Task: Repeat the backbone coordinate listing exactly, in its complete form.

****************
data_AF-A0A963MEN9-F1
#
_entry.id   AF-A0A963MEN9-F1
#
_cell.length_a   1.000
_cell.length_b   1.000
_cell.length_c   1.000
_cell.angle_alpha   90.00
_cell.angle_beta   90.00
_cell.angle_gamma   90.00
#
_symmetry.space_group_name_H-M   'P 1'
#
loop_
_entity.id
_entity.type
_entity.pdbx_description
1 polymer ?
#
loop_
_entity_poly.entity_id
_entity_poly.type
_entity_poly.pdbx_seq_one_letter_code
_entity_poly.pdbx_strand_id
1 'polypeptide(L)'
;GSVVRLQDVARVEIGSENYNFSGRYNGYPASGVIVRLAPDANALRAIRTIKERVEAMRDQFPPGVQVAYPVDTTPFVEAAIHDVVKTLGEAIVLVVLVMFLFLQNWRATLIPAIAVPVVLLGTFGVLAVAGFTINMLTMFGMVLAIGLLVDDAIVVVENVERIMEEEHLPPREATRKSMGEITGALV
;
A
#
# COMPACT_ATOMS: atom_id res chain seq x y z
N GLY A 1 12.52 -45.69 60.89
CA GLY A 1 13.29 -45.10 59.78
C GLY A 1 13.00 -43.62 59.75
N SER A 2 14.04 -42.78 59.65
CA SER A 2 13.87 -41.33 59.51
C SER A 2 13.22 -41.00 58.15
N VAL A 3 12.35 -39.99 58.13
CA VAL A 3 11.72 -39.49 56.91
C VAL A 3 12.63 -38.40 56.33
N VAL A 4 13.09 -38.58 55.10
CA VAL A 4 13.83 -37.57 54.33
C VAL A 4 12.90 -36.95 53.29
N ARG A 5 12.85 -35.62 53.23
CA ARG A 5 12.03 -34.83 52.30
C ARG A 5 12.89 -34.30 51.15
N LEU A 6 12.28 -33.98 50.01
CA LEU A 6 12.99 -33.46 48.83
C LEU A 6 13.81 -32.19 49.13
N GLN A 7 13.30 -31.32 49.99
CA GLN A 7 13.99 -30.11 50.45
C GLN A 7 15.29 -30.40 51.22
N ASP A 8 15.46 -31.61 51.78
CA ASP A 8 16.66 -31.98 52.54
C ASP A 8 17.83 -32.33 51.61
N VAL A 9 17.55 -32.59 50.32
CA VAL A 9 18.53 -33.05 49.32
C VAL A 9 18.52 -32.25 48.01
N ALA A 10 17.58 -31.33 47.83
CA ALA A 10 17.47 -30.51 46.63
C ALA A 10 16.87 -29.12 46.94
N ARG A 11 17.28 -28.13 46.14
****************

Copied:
data_AF-A0A963MEN9-F1
#
_entry.id   AF-A0A963MEN9-F1
#
_cell.length_a   1.000
_cell.length_b   1.000
_cell.length_c   1.000
_cell.angle_alpha   90.00
_cell.angle_beta   90.00
_cell.angle_gamma   90.00
#
_symmetry.space_group_name_H-M   'P 1'
#
loop_
_entity.id
_entity.type
_entity.pdbx_description
1 polymer ?
#
loop_
_entity_poly.entity_id
_entity_poly.type
_entity_poly.pdbx_seq_one_letter_code
_entity_poly.pdbx_strand_id
1 'polypeptide(L)'
;GSVVRLQDVARVEIGSENYNFSGRYNGYPASGVIVRLAPDANALRAIRTIKERVEAMRDQFPPGVQVAYPVDTTPFVEAAIHDVVKTLGEAIVLVVLVMFLFLQNWRATLIPAIAVPVVLLGTFGVLAVAGFTINMLTMFGMVLAIGLLVDDAIVVVENVERIMEEEHLPPREATRKSMGEITGALV
;
A
#
# COMPACT_ATOMS: atom_id res chain seq x y z
N GLY A 1 12.52 -45.69 60.89
CA GLY A 1 13.29 -45.10 59.78
C GLY A 1 13.00 -43.62 59.75
N SER A 2 14.04 -42.78 59.65
CA SER A 2 13.87 -41.33 59.51
C SER A 2 13.22 -41.00 58.15
N VAL A 3 12.35 -39.99 58.13
CA VAL A 3 11.72 -39.49 56.91
C VAL A 3 12.63 -38.40 56.33
N VAL A 4 13.09 -38.58 55.10
CA VAL A 4 13.83 -37.57 54.33
C VAL A 4 12.90 -36.95 53.29
N ARG A 5 12.85 -35.62 53.23
CA ARG A 5 12.03 -34.83 52.30
C ARG A 5 12.89 -34.30 51.15
N LEU A 6 12.28 -33.98 50.01
CA LEU A 6 12.99 -33.46 48.83
C LEU A 6 13.81 -32.19 49.13
N GLN A 7 13.30 -31.32 49.99
CA GLN A 7 13.99 -30.11 50.45
C GLN A 7 15.29 -30.40 51.22
N ASP A 8 15.46 -31.61 51.78
CA ASP A 8 16.66 -31.98 52.54
C ASP A 8 17.83 -32.33 51.61
N VAL A 9 17.55 -32.59 50.32
CA VAL A 9 18.53 -33.05 49.32
C VAL A 9 18.52 -32.25 48.01
N ALA A 10 17.58 -31.33 47.83
CA ALA A 10 17.47 -30.51 46.63
C ALA A 10 16.87 -29.12 46.94
N ARG A 11 17.28 -28.13 46.14